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WHO New report shows progress in Malaria elimination in Sub-Saharan Africa

The new report estimates from WHO also show that across sub-Saharan Africa, the prevention of new cases of malaria has resulted in major cost savings for endemic countries.

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Actors warn against malaria in a campaign by the group behind Moskeeto Armor, a mosquito repellent fabric, in Lagos. play

Actors warn against malaria in a campaign by the group behind Moskeeto Armor, a mosquito repellent fabric, in Lagos.

(The Guardian)

The World Health Organization (WHO) in a new report stated that there has been a significant decrease in Malaria cases all over the world, but the decline in Sub-Saharan Africa is comparatively lesser.

This is stated in an annual Malaria report released by WHO on Wednesday. According to the report, an estimated 663 million cases of malaria have been averted in sub-Saharan Africa since 2001 as a direct result of the scale-up of three key malaria control interventions: insecticide-treated mosquito nets, indoor residual spraying and artemisinin-based combination therapy but still the situation is serious.

Read: Lawmakers to ensure efficient health care delivery

Actors warn against malaria in a campaign by the group behind Moskeeto Armor, a mosquito repellent fabric, in Lagos. The WHO says malaria prevention measures have averted millions of deaths. ( source: the guardian)

The new report estimates from WHO also show that across sub-Saharan Africa, the prevention of new cases of malaria has resulted in major cost savings for endemic countries.

The report said 15 countries, mainly in Africa, account for most global malaria cases (80 per cent) and deaths (78 per cent) with two countries Nigeria and Democratic Republic of Congo (DRC), accounting for more than 35 per cent of global malaria deaths in 2015.

According to the report, these high burden countries have achieved slower-than-average declines in malaria incidence (32 per cent) compared to other countries globally (53 per cent).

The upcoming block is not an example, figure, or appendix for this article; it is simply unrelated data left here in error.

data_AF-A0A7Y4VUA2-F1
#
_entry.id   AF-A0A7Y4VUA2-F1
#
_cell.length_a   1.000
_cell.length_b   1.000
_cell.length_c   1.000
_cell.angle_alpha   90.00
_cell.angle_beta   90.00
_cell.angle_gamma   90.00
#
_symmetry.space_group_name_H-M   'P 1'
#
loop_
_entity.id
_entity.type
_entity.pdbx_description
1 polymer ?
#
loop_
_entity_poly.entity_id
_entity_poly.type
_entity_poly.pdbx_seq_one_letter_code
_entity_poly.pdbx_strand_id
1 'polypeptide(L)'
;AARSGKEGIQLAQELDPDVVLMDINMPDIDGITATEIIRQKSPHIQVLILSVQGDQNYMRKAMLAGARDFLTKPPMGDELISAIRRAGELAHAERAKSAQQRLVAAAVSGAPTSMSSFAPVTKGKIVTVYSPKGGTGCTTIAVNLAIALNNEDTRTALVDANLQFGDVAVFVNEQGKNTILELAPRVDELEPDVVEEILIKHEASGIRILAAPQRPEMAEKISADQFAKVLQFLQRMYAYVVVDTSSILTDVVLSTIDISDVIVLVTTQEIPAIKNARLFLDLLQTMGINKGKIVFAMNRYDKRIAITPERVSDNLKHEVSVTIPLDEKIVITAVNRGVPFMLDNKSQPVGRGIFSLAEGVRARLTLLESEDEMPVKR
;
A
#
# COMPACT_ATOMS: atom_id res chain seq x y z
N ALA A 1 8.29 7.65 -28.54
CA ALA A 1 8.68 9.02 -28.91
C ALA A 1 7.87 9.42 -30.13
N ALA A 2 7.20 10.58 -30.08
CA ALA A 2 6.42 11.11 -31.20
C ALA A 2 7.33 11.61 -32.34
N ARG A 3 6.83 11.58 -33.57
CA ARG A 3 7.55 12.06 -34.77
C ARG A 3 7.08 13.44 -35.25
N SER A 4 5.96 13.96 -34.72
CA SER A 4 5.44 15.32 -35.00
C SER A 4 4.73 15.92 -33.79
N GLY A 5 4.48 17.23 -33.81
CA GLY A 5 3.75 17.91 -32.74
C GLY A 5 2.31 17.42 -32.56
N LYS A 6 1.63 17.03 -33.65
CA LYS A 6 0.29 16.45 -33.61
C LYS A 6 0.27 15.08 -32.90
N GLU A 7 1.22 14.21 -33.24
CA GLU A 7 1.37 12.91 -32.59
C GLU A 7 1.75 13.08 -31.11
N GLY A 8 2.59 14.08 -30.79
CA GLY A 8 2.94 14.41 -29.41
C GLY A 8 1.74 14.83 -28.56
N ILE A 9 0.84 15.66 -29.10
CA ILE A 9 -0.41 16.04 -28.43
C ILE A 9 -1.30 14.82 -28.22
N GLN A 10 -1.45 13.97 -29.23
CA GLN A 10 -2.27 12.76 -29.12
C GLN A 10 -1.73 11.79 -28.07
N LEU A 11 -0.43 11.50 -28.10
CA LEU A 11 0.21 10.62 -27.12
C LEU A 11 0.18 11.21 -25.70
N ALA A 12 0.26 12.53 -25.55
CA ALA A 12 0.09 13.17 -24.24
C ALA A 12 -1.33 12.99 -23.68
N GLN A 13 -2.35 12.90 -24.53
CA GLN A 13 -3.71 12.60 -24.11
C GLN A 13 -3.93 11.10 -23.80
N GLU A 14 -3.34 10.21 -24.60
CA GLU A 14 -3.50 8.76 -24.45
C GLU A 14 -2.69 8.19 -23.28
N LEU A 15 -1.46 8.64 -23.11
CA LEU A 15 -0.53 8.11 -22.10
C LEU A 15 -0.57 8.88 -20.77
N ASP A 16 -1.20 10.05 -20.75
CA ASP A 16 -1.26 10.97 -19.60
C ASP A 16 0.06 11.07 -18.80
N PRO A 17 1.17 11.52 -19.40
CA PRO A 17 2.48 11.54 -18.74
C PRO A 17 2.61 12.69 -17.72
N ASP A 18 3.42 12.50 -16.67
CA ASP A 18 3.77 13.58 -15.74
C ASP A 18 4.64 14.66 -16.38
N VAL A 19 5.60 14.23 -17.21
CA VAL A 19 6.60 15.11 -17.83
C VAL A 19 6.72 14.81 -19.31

In many of these countries, weak health systems continue to impede progress in malaria control,” the agency said.

Approximately one third of people at risk of malaria in sub-Saharan Africa lived in households that lacked protection from mosquito nets or indoor residual spraying.

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WHO noted that the “progress has resulted, in large part, from the massive deployment of effective and low-cost malaria control interventions.

The report said that efforts were being made rigorously to decrease the Malarial cases in Sub-Saharan Africa but there is still a long way to go.

Since 2000, nearly 1 billion insecticide-treated mosquito nets have been distributed in sub-Saharan Africa, and by 2015, about 55 per cent of the population in this region was sleeping under mosquito nets, up from less than 2 per cent coverage in 2000.

Rapid diagnostic tests have made it easier to swiftly distinguish between malarial and non-malarial fevers, enabling timely and appropriate treatment, the agency also note.

But even as progress was being made WHO warned of 'new challenges' on the horizon.

In many countries, progress is threatened by the rapid development and spread of mosquito resistance to insecticides,” said Dr. Pedro Alonso, Director of the WHO Global Malaria Programme. “Drug resistance could also jeopardize recent gains in malaria control.

Globally, in 2014, 16 countries reported zero indigenous cases of malaria: Argentina, Armenia, Azerbaijan, Costa Rica, Iraq, Georgia, Kyrgyzstan, Morocco, Oman, Paraguay, Sri Lanka, Tajikistan, Turkey, Turkmenistan, United Arab Emirates and Uzbekistan.

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